Creating connections

This very first collaborative do the job verified not only the pair’s enduring interest in polar bear encounters, but also their wish to require companions from outdoors the inventive sphere, an factor of their practice that has remained a steady thread all over their different initiatives. From historians, folklorists and zoologists, to farmers, pet homeowners and hunters, Snæbjörnsdóttir/Wilson see collaboration as an essential part of their function.

“This matter about ‘the artist, the genius’… I always felt like this was overall nonsense—and I continue to do, in essence,” Bryndís says, waving her arms dismissively. “Art is about bringing persons with each other.”

“It’s about building unlikely connections on each and every degree,” agrees Mark. “We operate a great deal with other disciplines, and we converse a whole lot about the great importance of that.”

Photo by Daniel Starrason

Ill-fated readers

For Visitations, the artists focussed their get the job done close to two polar bear arrivals to Iceland in 2008. The two ‘vagrants’—as non-indigenous visitors are known—both came ashore on the North coast of Iceland, inside of weeks of just about every other. The two were being shot and killed, although there was significant discussion of making an attempt to tranquillise the 2nd 1.

“How do you offer with a stranger, when the stranger constitutes a threat?”

In a macabre twist of destiny, Bryndís had the odd working experience of encountering this certain bear two times: at the time residing, and once again soon after its death. She was capable to accompany the press to see it, working hungry and terrified, throughout the wild expanses of Skagafjördur. The 2nd experience arrived when she and Mark have been conducting investigation at The Icelandic Institute of Normal Historical past. It was right here that they found out that many of the skeletons of bears killed in Iceland are saved for scientific uses.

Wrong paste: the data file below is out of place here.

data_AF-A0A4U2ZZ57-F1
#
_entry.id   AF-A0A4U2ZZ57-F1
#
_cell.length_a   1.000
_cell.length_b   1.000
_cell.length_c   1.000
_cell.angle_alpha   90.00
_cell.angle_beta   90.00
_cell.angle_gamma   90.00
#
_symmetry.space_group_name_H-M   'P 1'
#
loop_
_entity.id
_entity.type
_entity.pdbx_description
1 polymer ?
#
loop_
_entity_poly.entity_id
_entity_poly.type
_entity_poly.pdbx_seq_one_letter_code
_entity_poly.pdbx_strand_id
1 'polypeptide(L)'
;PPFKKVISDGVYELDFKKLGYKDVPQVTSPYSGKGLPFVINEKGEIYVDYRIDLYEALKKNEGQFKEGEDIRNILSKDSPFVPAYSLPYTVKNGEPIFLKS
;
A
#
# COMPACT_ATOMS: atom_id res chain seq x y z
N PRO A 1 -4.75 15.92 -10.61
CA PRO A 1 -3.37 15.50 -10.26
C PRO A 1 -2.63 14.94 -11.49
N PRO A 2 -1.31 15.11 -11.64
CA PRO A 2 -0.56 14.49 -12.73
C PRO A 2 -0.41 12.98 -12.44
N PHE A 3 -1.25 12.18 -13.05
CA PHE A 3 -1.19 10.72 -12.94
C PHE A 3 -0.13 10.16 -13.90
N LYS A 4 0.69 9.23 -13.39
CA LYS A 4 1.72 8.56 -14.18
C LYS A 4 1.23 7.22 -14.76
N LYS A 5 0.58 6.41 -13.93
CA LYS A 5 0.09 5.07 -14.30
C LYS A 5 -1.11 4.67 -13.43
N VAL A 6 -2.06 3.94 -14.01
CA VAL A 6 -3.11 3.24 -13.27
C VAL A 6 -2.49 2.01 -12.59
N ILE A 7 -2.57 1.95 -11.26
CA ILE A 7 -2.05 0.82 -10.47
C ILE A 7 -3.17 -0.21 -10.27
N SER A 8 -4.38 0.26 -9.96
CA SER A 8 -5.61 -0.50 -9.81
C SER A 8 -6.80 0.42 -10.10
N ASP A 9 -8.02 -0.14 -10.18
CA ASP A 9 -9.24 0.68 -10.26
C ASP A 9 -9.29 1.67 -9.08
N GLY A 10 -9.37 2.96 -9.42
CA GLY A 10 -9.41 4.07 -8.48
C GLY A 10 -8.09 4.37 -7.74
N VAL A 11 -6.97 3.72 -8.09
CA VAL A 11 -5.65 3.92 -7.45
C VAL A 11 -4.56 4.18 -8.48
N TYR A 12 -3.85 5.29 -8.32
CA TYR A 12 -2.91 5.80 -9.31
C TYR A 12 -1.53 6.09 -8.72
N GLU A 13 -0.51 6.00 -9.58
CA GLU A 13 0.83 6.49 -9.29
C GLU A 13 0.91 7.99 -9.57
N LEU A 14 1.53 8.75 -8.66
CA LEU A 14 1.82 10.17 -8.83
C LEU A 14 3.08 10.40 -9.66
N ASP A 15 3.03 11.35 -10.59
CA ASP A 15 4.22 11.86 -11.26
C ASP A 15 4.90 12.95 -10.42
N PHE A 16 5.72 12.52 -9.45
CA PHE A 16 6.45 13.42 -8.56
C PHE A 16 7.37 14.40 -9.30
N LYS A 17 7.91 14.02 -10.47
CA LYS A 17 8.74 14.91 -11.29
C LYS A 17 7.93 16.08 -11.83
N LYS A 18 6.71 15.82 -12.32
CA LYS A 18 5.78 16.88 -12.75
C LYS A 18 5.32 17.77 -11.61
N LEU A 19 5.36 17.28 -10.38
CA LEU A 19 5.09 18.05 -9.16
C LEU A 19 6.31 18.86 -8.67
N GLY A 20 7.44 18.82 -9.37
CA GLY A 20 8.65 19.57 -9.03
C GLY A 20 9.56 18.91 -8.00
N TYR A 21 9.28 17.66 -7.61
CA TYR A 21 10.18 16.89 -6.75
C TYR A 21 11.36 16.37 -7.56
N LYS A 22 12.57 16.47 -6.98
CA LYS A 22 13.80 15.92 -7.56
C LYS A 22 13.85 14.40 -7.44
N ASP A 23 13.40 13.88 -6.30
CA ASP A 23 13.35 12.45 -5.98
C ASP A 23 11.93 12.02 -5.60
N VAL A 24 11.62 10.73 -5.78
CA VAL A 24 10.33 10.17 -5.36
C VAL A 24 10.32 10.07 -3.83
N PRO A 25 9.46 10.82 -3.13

Image by Daniel Starrason

“On one of our very first visits there, they just lent us the bones of that unique bear.” Bryndís states, just about incredulously, as if she still can’t quite consider such a issue took spot.

“Again, you have these sort of times,” she continues. “You’re driving your vehicle and in the back of the vehicle are the bones of the bear that you observed dwelling. It’s difficult to allow it go it haunts you.”

The notion of the stranger

This complicated concept of a haunting, of a marriage with a species that is mediated by a heady blend of folklore and anxiety, kinds the basis of Visitations. The bones that Bryndís and Mark drove home that day were being also an exhibit in the present not wired with each other and exhibited as in museums, as if they continue to inhabited the ghostly type of an absent animal, but in a stacked heap in a box. An indisputable container of proof of what occurred when a bear achieved a man.

“More abstractly, we’re searching at the strategy of the stranger, and the strategy of hospitality” claims Mark. “How do you offer with a stranger, when the stranger constitutes a menace? Simply because of course, historically, there is only been one particular solution to that dilemma.”

‘Visitations: Polar Bears out of Place’ took area at Akureyri Art Museum from 25.09.2021 – 09.01.2022, and was curated by Æsa Sigurjónsdóttir. Learn far more at

By Indana